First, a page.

Thursday, 21 October 2010

Hooves and bodies

What I see time and time again is that a horse with uncomfortable feet has an uncomfortable body - thats something which will come as no surprise to any horse owner or rider.   Many rehab horses, before they come to us, are receiving regular bodywork from massage therapists, osteopaths or physios and its always interesting and useful to have their reports on the horses.

Very consistently, horses who have ultimately been diagnosed with caudal hoof problems also have back pain, hind leg lameness, shoulder and neck pain.   The bodyworkers usually do an excellent job of improving the horse and alleviating the problem but of course if the cause of the problem is the hoof pain, it will recur unless and until the hooves are also improved.

Horses are great copers, though, and will usually try to find a way to adapt and keep moving  - hence the toe first landings which I regularly see on rehab horses when they arrive: if you can't use the caudal hoof correctly, you must adapt and use the toe.  In the short term, at least it allows the horse to move, which is a survival essential for a prey animal, even if the long term payback is muscle and tendon damage.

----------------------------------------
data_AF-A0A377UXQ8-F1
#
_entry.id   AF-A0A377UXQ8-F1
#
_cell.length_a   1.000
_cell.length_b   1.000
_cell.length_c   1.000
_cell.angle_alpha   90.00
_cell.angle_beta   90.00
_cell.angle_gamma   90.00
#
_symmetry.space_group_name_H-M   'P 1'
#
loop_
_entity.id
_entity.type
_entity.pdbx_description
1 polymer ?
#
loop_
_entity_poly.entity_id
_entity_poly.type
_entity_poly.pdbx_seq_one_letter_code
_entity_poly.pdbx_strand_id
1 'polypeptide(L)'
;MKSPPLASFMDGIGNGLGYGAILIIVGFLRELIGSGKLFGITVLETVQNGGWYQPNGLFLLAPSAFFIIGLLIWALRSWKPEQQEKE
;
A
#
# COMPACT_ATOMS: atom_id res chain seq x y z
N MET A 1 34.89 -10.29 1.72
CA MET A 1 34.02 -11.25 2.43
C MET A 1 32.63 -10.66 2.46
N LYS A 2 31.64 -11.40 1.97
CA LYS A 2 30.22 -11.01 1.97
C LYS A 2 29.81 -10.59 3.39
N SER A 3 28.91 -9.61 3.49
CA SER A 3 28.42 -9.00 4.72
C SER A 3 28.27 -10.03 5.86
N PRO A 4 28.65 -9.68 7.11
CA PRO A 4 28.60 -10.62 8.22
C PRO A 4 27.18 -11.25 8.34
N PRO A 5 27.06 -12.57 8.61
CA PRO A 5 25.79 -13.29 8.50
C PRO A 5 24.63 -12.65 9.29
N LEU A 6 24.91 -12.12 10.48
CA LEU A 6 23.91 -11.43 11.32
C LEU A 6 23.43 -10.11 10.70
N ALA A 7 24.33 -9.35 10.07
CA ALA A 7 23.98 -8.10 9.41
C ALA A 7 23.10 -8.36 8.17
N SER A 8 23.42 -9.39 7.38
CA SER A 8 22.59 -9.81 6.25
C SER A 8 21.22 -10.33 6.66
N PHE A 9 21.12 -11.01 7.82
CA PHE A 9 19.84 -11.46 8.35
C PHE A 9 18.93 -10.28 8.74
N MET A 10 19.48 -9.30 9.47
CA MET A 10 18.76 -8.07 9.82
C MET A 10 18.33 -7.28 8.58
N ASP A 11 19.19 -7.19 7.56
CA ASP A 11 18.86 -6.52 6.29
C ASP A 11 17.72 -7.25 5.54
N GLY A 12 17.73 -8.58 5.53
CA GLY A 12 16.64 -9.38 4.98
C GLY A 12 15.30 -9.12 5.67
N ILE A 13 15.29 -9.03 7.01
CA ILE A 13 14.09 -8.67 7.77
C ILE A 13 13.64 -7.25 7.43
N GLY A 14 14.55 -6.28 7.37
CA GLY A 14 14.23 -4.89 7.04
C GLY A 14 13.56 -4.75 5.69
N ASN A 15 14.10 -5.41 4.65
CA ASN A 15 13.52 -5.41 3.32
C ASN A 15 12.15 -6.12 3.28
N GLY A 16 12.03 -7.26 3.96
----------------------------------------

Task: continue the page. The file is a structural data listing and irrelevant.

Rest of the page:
Although its wonderful to witness, and a constant thrill, I've never really been satisfied with horses simply growing healthier hooves - I also want better movement, stronger muscles, more flexibility - in other words for the horse's whole body to be functioning as well as it can.

Healthy hooves are a mirror for overall health - certainly a horse with poor hooves is almost always a horse with biomechanical and nutritional problems.   But sometimes even after hooves have become healthier, horses can be stuck in patterns of poor movement, perhaps because of muscle memory, perhaps due to lack of proprioception or simply because muscles have become weak.  Changing these patterns is the next big step towards a healthier horse - more on that shortly!


Breanna said...

I'm really looking forward to what you have to say about getting them to move properly! I have a mare recovering from "navicular" (I call it "lack of trimming" disease). Her landing is improving, and her foot pain is definitely going away, but she is still consistently landing flat or toe first. It looks to me as if she is not really hurting much any more, but is just used to landing this way and so continues to do it.

Nic Barker said...

Thanks Breanna - I know exactly what you mean - some horses just seem to get stuck, for want of a better word. i will post lots more next week!